Senior Fellow Homi Kharas, deputy director of the Global Economy and Development Program at Brookings, has been named one of ForeignPolicy.com’s leading global thinkers in 2013 for his research and leadership on eradicating extreme global poverty, and also designing the post-2015 agenda for the Millennium Development Goals.
Kharas is the lead author of the report of the UN’s High Level Panel on the Post-2015 Development Agenda (as well as executive secretary of the High Level Panel Secretariat), which stated that:
a new development agenda should carry forward the spirit of the Millennium Declaration and the best of the MDGs, with a practical focus on things like poverty, hunger, water, sanitation, education and healthcare. But to fulfil our vision of promoting sustainable development, we must go beyond the MDGs. They did not focus enough on reaching the very poorest and most excluded people. They were silent on the devastating effects of conflict and violence on development. The importance to development of good governance and institutions that guarantee the rule of law, free speech and open and accountable government was not included, nor the need for inclusive growth to provide jobs. Most seriously, the MDGs fell short by not integrating the economic, social, and environmental aspects of sustainable development as envisaged in the Millennium Declaration, and by not addressing the need to promote sustainable patterns of consumption and production. The result was that environment and development were never properly brought together. People were working hard – but often separately – on interlinked problems.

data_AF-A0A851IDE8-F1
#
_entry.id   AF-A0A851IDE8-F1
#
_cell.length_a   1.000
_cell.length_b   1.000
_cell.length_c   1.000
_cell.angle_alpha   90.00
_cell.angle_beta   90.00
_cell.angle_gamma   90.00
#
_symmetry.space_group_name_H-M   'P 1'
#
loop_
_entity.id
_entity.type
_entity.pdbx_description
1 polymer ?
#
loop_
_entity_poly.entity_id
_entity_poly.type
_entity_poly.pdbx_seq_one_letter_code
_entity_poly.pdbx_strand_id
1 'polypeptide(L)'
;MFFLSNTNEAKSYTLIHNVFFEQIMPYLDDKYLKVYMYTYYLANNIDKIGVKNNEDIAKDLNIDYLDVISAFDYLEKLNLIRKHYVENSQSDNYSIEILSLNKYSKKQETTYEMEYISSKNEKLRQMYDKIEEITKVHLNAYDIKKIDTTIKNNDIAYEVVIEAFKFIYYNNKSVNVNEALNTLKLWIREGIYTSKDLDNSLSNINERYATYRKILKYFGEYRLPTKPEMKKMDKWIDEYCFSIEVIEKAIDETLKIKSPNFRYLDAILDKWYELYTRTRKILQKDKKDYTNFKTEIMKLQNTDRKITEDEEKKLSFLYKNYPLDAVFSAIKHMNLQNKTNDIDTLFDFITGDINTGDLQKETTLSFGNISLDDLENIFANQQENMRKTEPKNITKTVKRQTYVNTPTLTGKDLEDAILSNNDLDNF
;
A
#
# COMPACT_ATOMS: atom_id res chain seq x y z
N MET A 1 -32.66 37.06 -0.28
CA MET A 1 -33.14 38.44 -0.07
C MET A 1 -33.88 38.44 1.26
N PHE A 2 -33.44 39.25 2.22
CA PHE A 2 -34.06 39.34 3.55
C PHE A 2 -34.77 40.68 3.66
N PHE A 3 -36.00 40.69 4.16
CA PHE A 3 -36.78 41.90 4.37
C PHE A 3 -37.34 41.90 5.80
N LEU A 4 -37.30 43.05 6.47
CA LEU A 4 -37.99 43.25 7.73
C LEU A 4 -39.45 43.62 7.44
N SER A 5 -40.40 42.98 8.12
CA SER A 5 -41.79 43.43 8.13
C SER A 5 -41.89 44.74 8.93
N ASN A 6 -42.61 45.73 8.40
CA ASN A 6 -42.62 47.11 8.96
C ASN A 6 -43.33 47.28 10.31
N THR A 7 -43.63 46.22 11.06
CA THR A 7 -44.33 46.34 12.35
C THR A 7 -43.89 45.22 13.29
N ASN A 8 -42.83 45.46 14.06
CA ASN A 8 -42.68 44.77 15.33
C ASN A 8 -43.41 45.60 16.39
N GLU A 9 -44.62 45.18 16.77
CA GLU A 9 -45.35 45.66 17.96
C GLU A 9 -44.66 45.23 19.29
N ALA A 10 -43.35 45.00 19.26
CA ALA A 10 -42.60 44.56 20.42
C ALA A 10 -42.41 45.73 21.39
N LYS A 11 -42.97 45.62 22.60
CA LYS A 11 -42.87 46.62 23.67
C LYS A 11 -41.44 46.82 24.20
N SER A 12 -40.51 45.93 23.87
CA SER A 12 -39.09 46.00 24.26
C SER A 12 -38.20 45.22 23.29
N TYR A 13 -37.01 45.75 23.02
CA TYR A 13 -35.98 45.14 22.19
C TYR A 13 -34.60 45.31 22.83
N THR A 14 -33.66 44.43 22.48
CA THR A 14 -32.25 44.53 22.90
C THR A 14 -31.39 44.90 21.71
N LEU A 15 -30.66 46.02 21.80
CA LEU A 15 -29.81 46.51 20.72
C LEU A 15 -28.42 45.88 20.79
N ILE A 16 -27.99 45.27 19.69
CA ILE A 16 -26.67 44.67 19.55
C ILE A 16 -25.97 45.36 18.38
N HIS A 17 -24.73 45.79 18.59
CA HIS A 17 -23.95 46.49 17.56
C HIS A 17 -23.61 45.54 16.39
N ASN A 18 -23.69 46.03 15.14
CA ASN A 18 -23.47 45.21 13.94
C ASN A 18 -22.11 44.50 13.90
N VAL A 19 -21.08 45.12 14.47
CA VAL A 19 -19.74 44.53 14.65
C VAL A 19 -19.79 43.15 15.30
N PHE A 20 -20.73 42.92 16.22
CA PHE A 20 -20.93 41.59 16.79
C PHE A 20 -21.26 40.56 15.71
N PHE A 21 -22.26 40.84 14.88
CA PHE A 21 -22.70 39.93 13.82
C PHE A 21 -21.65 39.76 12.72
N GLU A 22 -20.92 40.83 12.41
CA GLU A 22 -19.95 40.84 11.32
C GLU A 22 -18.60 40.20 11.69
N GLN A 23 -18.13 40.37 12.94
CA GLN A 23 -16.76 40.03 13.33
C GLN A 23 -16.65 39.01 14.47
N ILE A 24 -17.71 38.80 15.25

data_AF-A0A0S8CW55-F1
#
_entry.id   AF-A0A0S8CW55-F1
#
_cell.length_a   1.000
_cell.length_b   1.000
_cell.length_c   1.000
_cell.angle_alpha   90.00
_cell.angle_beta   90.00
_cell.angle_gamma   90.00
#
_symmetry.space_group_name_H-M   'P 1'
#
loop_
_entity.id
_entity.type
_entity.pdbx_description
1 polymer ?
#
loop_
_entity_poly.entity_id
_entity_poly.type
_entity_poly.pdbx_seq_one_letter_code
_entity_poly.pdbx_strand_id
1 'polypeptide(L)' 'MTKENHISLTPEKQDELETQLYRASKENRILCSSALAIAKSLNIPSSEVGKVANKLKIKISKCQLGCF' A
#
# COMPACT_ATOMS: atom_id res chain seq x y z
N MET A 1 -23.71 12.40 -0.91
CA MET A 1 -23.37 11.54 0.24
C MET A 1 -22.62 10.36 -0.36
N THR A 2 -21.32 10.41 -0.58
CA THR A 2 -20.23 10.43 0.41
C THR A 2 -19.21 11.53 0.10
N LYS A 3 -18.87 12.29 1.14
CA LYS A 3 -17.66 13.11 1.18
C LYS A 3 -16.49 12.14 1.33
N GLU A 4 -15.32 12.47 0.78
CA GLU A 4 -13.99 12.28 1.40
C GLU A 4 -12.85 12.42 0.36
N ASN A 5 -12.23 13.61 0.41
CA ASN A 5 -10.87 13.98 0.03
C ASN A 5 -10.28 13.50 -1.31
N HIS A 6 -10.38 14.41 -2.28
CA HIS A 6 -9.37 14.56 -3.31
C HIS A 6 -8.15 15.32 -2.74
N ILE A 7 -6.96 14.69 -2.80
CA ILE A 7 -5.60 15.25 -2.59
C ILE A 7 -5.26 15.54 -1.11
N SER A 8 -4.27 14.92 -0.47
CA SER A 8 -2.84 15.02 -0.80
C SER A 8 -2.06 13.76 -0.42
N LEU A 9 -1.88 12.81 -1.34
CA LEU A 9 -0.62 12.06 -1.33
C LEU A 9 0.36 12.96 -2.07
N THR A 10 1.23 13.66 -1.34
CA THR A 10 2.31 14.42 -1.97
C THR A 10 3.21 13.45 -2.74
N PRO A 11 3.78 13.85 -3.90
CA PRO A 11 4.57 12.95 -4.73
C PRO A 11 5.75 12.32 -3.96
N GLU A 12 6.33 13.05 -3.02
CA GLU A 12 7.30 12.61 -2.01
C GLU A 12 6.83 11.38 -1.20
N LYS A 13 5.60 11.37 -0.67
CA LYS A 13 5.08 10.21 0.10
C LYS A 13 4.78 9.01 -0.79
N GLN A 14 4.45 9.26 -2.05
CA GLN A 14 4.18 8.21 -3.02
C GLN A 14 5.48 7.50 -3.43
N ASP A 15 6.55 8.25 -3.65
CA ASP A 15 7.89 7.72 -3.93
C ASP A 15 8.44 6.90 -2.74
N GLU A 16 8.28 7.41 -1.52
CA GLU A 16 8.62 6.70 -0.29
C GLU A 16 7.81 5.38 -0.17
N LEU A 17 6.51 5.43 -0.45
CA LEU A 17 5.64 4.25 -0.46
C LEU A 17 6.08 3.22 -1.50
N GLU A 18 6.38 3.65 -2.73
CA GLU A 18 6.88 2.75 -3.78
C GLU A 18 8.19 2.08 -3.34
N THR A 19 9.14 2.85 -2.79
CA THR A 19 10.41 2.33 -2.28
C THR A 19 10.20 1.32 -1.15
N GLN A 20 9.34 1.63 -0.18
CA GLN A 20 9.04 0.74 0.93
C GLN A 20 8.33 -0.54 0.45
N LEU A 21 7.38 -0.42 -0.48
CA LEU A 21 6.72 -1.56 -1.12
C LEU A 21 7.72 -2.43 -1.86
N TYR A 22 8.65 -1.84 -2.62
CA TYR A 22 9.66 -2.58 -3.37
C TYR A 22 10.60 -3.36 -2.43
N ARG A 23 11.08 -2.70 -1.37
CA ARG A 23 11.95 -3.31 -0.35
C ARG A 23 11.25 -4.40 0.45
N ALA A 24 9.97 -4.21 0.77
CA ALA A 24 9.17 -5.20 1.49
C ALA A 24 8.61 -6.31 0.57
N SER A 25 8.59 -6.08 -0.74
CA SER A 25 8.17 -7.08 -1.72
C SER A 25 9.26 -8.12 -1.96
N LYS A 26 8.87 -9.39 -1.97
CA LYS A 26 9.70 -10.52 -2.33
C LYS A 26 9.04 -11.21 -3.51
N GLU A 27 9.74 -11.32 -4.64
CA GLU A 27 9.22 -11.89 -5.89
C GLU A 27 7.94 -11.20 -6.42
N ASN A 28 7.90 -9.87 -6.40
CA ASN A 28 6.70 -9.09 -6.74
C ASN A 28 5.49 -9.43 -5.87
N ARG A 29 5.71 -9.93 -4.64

Kharas also is author of the recent policy brief “Reimagining the Role of the Private Sector in Development” and is a co-editor, with Laurence Chandy, Akio Hosono, and Johannes Linn, of Getting to Scale: How to Bring Development Solutions to Millions of Poor People.
Previous editions of the poll have included other Brookings scholars, both former and current:
The U.S. gives 40 percent of the [World Food Program's] budget. So if you cut 40 percent by 40 percent, that would come to 12 million people a year not getting access to food support.